Among the vulnerable groups highly impacted by the coronavirus disease 2019 (Covid-19) pandemic include workers and professionals who lost their jobs. Records show that as of April 2020, the country experienced an unprecedented unemployment rate of 17.7 percent representing 7.3 million Filipinos who lost their jobs as they bore the brunt of economic disruptions brought by the pandemic.
As we continue to face unfolding events in the sudden shift in work settings and lifestyles, we begin to notice the seemingly rise of enterprising household members who have seized opportunities to start microenterprises right within their homes. In particular, we refer to apparent symptoms of increasing home-based enterprises in the food business. We are witness to some friends and relatives who recently set up a small food business using their home as a production area. Through social media and networking with friends, relatives and old acquaintances, they have gradually developed a customer base to expand their business. As they can better pace their activities while at home, they have unleashed their creativity. Some have crafted a unique selling proposition for their product to enhance memory recall. While maybe lacking in formal entrepreneurship training, family members discover innovative ways to package their product to ensure safe consumption and efficient delivery, while maintaining the attractive features. Realizing that procurement and inventory are challenging in the light of uncertain conditions amid Covid-19, family members strive to be more resourceful in locating reliable suppliers to meet production goals. In this light, this sudden experience in “learning-by-doing” approach to micro-entrepreneurship approach augurs well for developing further small family startups which help mitigate the negative impact of Covid-19 on income streams.
In the context of organizational learning, the home environment of a small family enterprise continues to be a rich resource for entrepreneurship research and management practice. For one, the theory of imprinting helps to explain how the lessons learned by family members — transmitted over time through family interrelationships — bear an impact on the development of human resources in the family firm. The theory points out the importance of imprinting positive work values and ethical practices by older family members to their younger, budding entrepreneurs. Parents are significant role models for their children. As such, the results of imprinting in family enterprises is significant in its implications to entrepreneurial legacy and continuity, although they may not necessarily be always positive. In particular, this would occur when inappropriate or unethical business behavior is manifested by parents, or when some negative traits such as entitlement and injustice become imprinted early in the family culture.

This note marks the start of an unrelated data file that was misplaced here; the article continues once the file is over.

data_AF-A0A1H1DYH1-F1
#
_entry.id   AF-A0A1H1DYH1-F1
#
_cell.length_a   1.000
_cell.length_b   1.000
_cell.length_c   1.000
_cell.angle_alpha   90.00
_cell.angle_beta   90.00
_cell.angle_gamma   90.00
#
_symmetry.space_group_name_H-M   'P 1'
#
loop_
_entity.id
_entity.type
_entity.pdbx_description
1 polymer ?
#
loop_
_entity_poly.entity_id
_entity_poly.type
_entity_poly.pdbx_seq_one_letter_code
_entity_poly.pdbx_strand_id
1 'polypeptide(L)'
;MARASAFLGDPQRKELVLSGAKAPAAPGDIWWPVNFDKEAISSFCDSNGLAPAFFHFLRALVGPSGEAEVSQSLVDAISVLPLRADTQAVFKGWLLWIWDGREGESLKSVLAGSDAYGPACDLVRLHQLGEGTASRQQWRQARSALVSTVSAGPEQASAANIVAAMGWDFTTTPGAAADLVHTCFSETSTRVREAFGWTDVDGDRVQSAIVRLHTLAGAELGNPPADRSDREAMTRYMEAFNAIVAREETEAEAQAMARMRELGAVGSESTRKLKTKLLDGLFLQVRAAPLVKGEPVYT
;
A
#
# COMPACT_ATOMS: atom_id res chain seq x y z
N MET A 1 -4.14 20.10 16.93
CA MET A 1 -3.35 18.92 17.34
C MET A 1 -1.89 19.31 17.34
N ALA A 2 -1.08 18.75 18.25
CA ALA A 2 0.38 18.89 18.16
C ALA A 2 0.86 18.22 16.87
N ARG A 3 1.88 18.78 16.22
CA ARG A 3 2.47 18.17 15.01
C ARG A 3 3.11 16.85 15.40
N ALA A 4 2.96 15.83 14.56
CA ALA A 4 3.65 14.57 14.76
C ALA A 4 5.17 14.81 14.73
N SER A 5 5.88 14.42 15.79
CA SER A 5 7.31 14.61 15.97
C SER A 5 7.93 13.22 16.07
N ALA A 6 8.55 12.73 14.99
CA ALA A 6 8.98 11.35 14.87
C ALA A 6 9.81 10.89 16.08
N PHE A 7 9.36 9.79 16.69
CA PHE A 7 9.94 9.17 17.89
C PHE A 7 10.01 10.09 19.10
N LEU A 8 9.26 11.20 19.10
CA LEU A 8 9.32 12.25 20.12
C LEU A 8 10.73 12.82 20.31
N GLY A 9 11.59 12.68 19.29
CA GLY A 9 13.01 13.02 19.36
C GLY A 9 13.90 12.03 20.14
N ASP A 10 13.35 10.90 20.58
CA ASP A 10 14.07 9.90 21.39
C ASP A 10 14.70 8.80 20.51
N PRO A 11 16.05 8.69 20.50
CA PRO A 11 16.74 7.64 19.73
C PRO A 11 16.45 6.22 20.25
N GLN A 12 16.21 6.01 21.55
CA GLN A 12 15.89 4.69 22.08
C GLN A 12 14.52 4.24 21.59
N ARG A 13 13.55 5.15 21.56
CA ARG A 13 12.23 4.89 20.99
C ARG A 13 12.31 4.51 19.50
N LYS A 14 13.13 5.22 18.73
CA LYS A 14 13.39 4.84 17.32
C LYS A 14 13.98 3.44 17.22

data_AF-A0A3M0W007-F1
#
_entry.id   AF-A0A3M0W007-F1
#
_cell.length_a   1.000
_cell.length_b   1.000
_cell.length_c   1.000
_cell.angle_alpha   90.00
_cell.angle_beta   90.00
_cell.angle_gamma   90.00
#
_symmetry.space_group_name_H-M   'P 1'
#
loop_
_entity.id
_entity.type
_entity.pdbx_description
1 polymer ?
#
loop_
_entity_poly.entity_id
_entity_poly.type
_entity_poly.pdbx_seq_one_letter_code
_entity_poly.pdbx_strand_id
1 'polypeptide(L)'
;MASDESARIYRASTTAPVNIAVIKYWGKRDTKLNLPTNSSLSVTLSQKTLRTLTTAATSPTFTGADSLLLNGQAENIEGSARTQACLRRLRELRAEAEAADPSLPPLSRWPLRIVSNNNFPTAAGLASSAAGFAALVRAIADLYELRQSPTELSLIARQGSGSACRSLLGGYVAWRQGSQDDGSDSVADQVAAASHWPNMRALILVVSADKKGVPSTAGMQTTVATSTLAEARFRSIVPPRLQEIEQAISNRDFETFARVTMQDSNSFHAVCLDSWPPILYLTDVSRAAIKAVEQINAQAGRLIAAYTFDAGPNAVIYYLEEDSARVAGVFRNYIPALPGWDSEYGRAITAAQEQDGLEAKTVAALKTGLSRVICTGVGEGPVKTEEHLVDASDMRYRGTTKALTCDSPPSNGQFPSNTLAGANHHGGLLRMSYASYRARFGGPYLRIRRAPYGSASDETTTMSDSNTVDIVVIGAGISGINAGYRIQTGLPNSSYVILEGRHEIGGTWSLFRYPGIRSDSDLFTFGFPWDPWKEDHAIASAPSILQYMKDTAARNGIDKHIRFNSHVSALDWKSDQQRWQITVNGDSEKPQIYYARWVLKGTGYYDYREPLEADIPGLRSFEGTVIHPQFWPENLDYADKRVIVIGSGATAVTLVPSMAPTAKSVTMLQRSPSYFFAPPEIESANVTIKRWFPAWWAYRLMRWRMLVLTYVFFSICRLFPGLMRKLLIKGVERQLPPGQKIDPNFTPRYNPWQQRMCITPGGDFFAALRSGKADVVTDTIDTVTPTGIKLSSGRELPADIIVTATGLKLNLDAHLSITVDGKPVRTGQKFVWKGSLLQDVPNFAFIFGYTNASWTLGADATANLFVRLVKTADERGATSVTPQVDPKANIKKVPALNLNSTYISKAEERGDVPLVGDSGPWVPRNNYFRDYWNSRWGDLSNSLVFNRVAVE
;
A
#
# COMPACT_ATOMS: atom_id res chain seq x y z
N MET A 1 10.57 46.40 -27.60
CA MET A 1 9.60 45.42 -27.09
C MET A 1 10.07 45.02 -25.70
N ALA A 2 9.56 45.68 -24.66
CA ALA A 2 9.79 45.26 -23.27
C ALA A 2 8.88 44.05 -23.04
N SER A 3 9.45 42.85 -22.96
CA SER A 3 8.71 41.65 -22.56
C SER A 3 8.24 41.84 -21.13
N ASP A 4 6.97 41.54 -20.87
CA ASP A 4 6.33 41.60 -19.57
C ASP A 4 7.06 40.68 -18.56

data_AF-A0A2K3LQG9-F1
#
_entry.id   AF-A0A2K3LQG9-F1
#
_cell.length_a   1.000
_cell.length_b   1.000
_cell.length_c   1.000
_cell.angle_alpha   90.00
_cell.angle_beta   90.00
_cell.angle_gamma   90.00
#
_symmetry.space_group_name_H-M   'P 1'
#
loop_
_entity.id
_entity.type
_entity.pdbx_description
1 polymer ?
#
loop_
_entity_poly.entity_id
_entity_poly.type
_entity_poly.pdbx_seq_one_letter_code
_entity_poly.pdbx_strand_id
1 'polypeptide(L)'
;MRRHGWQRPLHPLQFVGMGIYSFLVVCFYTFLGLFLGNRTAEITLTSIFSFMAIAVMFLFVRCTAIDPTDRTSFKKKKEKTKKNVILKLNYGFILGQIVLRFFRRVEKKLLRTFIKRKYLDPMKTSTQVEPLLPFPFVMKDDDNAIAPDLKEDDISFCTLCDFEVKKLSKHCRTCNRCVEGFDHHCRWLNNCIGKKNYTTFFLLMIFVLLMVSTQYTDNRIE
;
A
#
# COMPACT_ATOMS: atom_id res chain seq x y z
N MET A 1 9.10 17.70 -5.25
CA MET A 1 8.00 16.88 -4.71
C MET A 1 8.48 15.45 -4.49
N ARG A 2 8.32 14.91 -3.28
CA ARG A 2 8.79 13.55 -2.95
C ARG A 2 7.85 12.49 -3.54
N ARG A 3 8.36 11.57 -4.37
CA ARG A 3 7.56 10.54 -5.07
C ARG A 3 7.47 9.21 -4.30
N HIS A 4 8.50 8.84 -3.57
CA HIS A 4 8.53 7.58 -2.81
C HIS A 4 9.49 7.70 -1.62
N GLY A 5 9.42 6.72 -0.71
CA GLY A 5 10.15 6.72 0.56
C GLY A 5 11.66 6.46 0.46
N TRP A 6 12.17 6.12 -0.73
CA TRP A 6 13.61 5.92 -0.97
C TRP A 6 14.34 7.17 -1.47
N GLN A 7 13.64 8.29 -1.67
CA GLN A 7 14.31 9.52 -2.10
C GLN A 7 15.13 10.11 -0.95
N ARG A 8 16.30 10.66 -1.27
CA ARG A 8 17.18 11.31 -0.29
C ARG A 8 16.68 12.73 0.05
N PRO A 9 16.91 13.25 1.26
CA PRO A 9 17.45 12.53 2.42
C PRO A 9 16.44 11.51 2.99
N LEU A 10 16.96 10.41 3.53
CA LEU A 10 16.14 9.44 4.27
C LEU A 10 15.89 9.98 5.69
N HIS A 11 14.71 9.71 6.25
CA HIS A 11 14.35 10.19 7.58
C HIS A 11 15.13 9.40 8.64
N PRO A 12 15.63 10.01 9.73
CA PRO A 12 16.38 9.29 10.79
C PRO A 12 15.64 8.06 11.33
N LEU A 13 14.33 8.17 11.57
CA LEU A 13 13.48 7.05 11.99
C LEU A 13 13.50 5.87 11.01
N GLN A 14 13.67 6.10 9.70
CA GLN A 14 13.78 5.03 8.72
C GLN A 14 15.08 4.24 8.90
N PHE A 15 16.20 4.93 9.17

In this light, educational institutions have an important role in promoting lifelong learning that integrates the positive and creative experiences of teachers, parents and learners. Lifelong learning represents the continuous cultivation of one’s hobbies, interests and career aspirations throughout life. Organizational learning within the context of the home’s entrepreneurial setting provides the right opportunities for transforming individuals into more responsible, productive and humanistic organizational members in their own homes and as part of outside society.
Dr. Rachel Alvendia-Quero is an associate professorial lecturer at the Management and Organization Department of the Ramon V. del Rosario College of Business of De La Salle University (DLSU), Manila. She teaches Management Action Research and Strategic Human Resource Management at the graduate levels. She authored a textbook on Business Enterprise Simulation for senior high school and recently volunteered as coach for college students undertaking social enterprise projects under the Lasallian Social Enterprise for Economic Development Program. Comments are welcome at firstname.lastname@example.org. The views expressed above are the author’s and do not necessarily reflect the official position of DLSU, and its faculty and administrators.